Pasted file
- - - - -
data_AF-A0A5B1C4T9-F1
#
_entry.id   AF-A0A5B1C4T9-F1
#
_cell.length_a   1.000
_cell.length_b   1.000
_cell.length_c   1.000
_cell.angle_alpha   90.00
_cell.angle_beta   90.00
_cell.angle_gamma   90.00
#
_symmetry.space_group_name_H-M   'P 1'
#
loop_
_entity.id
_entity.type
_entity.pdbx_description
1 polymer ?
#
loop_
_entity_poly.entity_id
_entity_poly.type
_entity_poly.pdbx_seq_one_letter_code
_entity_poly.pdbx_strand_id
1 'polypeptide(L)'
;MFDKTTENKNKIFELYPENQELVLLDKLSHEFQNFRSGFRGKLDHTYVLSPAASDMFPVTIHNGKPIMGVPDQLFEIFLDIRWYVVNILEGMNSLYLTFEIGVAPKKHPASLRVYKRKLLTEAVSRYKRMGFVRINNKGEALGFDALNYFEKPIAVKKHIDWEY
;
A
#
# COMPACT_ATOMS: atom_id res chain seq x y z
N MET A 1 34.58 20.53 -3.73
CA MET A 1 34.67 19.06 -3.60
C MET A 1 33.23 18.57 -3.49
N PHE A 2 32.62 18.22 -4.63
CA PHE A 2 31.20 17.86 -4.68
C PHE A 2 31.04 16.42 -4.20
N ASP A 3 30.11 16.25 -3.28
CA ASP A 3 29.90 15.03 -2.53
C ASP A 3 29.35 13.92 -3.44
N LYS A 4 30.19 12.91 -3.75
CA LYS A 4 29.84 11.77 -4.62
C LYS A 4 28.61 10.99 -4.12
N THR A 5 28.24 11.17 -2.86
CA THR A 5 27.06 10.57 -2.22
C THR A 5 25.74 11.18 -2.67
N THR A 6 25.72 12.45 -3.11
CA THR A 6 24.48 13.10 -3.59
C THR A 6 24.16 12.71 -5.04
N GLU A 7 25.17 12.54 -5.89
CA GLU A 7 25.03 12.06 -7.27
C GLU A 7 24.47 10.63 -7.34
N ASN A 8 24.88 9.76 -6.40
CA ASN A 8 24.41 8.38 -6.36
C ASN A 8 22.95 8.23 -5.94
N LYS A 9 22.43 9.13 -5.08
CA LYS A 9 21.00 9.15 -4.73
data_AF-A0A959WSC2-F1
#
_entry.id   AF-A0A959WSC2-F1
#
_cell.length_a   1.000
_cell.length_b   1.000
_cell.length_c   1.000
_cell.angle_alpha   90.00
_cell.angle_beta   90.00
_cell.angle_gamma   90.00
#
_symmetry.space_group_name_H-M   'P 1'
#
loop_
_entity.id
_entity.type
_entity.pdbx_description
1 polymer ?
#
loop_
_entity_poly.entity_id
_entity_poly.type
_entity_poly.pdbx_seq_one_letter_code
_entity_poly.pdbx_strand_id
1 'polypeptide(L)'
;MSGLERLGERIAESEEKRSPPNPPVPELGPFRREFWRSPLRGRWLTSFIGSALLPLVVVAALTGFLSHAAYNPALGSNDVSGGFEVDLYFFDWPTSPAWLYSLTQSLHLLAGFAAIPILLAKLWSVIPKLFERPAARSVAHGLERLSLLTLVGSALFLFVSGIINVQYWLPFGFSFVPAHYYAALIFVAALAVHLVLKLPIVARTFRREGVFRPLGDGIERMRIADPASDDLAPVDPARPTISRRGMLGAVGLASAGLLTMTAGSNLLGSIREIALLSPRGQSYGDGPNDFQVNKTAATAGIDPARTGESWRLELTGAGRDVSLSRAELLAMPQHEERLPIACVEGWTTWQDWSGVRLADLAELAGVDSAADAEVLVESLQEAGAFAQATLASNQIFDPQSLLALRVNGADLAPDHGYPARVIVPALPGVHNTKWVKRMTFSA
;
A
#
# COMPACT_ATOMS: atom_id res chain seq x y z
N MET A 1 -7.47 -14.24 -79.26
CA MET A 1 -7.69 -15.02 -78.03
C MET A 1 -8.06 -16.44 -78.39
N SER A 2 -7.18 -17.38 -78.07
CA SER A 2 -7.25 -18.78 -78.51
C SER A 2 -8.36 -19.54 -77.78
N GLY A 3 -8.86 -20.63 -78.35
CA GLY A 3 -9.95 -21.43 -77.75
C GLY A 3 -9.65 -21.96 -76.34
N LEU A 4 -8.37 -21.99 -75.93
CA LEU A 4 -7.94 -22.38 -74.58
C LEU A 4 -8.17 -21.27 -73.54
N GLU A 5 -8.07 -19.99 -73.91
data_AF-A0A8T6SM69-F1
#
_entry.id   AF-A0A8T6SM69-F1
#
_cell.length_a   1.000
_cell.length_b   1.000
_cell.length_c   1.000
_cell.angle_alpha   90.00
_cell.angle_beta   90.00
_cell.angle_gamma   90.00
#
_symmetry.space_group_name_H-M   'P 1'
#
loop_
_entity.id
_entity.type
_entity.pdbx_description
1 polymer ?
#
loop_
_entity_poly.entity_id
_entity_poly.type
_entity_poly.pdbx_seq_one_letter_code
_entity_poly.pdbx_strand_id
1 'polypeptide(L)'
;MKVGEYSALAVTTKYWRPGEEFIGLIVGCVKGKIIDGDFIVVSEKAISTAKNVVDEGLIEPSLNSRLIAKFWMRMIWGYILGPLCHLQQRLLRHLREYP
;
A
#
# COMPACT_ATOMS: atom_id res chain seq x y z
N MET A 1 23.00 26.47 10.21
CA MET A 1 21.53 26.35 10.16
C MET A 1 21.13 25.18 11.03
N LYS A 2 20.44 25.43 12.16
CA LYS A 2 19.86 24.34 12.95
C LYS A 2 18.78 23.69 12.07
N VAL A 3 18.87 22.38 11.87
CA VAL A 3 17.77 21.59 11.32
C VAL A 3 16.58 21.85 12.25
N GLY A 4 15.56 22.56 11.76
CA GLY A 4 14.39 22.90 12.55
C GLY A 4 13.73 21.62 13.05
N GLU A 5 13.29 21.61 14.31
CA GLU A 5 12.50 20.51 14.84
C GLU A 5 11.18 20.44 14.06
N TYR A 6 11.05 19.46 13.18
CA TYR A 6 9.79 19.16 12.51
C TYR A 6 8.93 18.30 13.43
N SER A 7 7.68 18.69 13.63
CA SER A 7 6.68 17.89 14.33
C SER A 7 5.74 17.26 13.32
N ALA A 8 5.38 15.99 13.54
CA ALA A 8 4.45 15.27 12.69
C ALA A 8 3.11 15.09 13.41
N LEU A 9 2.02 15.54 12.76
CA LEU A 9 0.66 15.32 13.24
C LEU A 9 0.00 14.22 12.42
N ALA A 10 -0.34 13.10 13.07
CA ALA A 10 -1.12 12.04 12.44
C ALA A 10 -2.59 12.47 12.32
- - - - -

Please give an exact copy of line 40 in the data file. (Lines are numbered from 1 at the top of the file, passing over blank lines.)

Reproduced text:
N LYS A 4 30.19 12.91 -3.75